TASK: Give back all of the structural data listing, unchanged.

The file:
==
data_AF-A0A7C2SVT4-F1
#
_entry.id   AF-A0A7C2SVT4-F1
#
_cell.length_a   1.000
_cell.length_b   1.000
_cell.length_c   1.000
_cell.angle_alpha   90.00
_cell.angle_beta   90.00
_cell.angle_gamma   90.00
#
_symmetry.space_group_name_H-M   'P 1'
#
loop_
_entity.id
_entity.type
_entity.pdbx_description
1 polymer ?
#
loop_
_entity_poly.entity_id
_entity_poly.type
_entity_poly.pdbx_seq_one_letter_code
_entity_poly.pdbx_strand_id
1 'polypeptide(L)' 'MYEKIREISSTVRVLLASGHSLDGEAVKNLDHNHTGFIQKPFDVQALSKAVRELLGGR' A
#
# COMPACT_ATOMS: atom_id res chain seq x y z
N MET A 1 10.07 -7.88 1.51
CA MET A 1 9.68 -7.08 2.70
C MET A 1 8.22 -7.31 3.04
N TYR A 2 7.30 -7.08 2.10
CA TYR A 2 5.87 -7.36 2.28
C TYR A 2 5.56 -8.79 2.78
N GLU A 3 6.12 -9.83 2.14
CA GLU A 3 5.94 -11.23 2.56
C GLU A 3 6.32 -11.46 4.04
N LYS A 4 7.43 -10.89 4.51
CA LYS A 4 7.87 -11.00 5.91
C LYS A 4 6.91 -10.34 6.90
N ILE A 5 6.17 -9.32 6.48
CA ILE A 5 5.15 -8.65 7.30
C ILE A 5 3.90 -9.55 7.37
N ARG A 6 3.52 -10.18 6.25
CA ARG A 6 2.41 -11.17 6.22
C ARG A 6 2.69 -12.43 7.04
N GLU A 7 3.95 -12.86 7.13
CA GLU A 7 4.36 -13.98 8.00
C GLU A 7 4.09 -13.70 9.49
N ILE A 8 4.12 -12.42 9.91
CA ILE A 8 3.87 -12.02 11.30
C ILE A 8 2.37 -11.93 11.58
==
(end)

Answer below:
data_AF-A0A7C2SVT4-F1
#
_entry.id   AF-A0A7C2SVT4-F1
#
_cell.length_a   1.000
_cell.length_b   1.000
_cell.length_c   1.000
_cell.angle_alpha   90.00
_cell.angle_beta   90.00
_cell.angle_gamma   90.00
#
_symmetry.space_group_name_H-M   'P 1'
#
loop_
_entity.id
_entity.type
_entity.pdbx_description
1 polymer ?
#
loop_
_entity_poly.entity_id
_entity_poly.type
_entity_poly.pdbx_seq_one_letter_code
_entity_poly.pdbx_strand_id
1 'polypeptide(L)' 'MYEKIREISSTVRVLLASGHSLDGEAVKNLDHNHTGFIQKPFDVQALSKAVRELLGGR' A
#
# COMPACT_ATOMS: atom_id res chain seq x y z
N MET A 1 10.07 -7.88 1.51
CA MET A 1 9.68 -7.08 2.70
C MET A 1 8.22 -7.31 3.04
N TYR A 2 7.30 -7.08 2.10
CA TYR A 2 5.87 -7.36 2.28
C TYR A 2 5.56 -8.79 2.78
N GLU A 3 6.12 -9.83 2.14
CA GLU A 3 5.94 -11.23 2.56
C GLU A 3 6.32 -11.46 4.04
N LYS A 4 7.43 -10.89 4.51
CA LYS A 4 7.87 -11.00 5.91
C LYS A 4 6.91 -10.34 6.90
N ILE A 5 6.17 -9.32 6.48
CA ILE A 5 5.15 -8.65 7.30
C ILE A 5 3.90 -9.55 7.37
N ARG A 6 3.52 -10.18 6.25
CA ARG A 6 2.41 -11.17 6.22
C ARG A 6 2.69 -12.43 7.04
N GLU A 7 3.95 -12.86 7.13
CA GLU A 7 4.36 -13.98 8.00
C GLU A 7 4.09 -13.70 9.49
N ILE A 8 4.12 -12.42 9.91
CA ILE A 8 3.87 -12.02 11.30
C ILE A 8 2.37 -11.93 11.58